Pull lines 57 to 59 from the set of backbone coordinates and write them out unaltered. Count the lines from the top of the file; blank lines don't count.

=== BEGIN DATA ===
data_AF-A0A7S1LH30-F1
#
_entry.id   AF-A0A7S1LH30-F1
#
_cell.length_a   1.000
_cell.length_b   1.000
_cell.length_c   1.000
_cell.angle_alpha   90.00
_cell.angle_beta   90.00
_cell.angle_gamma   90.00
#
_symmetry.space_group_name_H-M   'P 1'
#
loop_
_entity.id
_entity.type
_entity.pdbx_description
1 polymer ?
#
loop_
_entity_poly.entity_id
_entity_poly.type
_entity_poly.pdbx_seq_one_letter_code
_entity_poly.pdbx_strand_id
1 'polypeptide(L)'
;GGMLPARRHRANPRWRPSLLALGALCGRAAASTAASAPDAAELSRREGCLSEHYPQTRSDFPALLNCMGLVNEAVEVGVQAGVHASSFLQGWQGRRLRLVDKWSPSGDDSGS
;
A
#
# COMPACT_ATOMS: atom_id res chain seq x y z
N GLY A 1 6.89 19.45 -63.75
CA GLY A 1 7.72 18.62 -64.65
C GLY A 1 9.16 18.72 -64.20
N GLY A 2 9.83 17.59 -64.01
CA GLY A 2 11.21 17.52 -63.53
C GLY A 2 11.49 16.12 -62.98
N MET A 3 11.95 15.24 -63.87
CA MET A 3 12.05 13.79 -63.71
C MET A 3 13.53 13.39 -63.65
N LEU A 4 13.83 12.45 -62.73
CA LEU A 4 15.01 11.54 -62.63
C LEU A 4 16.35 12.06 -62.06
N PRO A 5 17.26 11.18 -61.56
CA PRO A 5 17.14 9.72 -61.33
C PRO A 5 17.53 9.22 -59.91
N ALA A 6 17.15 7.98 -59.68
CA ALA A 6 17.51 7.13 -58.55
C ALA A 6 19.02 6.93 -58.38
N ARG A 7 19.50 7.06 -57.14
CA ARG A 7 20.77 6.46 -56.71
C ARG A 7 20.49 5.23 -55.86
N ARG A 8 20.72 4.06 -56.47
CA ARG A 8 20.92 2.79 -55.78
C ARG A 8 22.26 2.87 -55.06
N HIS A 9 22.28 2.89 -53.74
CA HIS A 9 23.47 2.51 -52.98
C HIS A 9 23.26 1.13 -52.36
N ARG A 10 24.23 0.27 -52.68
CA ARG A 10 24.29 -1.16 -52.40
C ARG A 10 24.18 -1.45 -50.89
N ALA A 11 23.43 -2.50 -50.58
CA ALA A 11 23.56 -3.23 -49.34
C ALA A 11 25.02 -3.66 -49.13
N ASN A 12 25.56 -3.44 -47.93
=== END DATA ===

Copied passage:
C HIS A 9 23.26 1.13 -52.36
N ARG A 10 24.23 0.27 -52.68
CA ARG A 10 24.29 -1.16 -52.40